- About Us
- Local Savings
- Green Editions
- Legal Notices
- Weekly Ads
Sequim’s newsmakers of 2010
It was a year marked by challenge, change and a renewed commitment to our community.In 2010 public officials made difficult decisions to balance dismal budgets. Sequim’s city leadership was turned around. Several high-profile deaths and disturbing crimes shocked and saddened neighbors and friends. Despite the slow climb to recovery after the Great Recession, voters passed a levy to increase funding to libraries. Regional groups raised $75,000 to keep Hurricane Ridge Road open year-round. A long dreamed-of health clinic opened its doors on Fifth Avenue.
In offering a chance to reflect, the good and the bad of 2010 are presented below, as chosen by Sequim Gazette staff.
School, library levies pass
In February, voters approved a three-year, $14.7 million maintenance and operations levy proposal for the Sequim School District by a nearly 60-40 margin.The levy dollars help reduce class sizes, upgrade curricula, buy supplies and materials, refurbish facilities and restore a number of programs that district officials cut in recent months and years.
More books, materials and longer hours are on their way in 2012 with the passing of the North Olympic Library System’s levy lid lift.
Optimism was high among supporters, who voted 59 percent in favor of paying 50 cents per $1,000 of assessed property valuation for 2011. Paula Barnes, the library system’s executive director, said the new levy lid lift for one year helps with financial security for the next 10 years.
City sees changes in staff
Three key positions within the city of Sequim ranks saw changes in 2010.Frank Needham, Sequim capital projects chief, was laid off in May.
City Manager Steve Burkett ended the contract of then-police chief Bob Spinks in July. The city hired Bill Dickinson, former chief of police in SeaTac, Burien and Tigard, Ore., in August.
In October, Dennis Lefevre, then planning director for the city, announced he would leave his position after eight-and-half years. B&G Club makes director switchIn May, the Boys & Girls Clubs of the Olympic Peninsula announced the resignation of executive director Bob Schilling.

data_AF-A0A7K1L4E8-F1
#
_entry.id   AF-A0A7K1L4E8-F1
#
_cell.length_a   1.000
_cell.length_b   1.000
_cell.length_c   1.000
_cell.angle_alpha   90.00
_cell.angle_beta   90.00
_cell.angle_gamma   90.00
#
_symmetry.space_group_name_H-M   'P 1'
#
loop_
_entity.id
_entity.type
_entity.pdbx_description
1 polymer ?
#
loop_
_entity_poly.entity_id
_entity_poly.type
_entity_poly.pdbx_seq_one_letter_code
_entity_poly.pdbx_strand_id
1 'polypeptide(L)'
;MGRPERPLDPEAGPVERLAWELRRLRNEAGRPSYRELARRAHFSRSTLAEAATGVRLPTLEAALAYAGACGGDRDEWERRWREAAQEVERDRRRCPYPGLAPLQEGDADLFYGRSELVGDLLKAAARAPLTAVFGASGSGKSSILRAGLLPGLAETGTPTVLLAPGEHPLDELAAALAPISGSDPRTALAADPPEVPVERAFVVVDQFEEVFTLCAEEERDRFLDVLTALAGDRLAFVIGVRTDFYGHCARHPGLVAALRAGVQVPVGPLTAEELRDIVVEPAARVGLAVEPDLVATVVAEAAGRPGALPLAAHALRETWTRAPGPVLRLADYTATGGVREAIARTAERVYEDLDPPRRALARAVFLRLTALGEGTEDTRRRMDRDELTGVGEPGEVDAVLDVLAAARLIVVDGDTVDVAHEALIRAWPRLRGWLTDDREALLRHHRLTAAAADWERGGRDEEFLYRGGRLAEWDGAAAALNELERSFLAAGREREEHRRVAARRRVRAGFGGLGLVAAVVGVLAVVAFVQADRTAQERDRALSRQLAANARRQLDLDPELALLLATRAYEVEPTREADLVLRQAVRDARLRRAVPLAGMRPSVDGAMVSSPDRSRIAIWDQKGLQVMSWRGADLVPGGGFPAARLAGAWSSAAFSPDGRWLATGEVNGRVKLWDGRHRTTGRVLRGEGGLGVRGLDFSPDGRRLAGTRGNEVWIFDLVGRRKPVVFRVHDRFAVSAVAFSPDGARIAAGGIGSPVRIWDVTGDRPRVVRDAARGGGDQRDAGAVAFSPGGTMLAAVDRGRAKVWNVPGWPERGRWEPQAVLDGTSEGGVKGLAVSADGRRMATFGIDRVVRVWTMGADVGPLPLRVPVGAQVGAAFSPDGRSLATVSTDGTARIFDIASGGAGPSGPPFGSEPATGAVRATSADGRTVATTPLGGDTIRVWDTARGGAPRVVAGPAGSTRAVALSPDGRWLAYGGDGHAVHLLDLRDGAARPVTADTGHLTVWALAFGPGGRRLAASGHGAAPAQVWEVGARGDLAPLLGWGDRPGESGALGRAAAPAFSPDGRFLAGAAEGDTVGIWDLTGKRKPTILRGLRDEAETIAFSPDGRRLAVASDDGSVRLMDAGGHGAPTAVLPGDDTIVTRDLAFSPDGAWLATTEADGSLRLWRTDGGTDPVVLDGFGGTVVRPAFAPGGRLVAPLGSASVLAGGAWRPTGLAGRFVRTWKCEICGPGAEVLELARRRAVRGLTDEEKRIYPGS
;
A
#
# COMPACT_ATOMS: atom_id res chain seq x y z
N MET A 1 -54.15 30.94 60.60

He was hired in June 2007 to succeed Todd Bale, who hadn’t been in the position for more than a year.
At the time of his hiring, Schilling was senior executive for the Boy Scouts of America in Clallam and Jefferson counties.
Mary Budke served the organization as interim director until November, when she was named the executive director.
She’s worked her way up since 2004 when she started as a summer program counselor, then snacks coordinator and teen room supervisor. In 2006, Budke was promoted to unit director of the Carroll C. Kendall club in Sequim, where she created and implemented KinderKids, a kindergarten enrichment program.
Elections send Sequim candidates to House
Two Sequim men will be serving in the Washington State Legislature after winning November’s election.Kevin Van De Wege, who will be serving his third term, and Steve Tharinger, a Clallam County commissioner serving his first term, defeated their Republican opponents in an intense race that featured debates in front of hundreds of voters.
Nearly 75 percent of registered voters in Clallam County cast their ballots in the election.
Van De Wege received 7,700 more votes than opponent Dan Gase, of Port Angeles. Tharinger won with 2,873 over Jim McEntire, of Sequim. In Clallam County voting, McEntire topped Tharinger by more than 1,100 votes while Van De Wege edged Gase by less than 270 ballots.
Jamestown clinic opens
The Jamestown S’Klallam Tribe opened a medical clinic, the Jamestown Family Health Clinic, on North Fifth Avenue in June after seven years of planning and more than a year of construction.The 35,000-square-foot building has room for 18 providers and started seeing an average of 200 patients a day from its opening.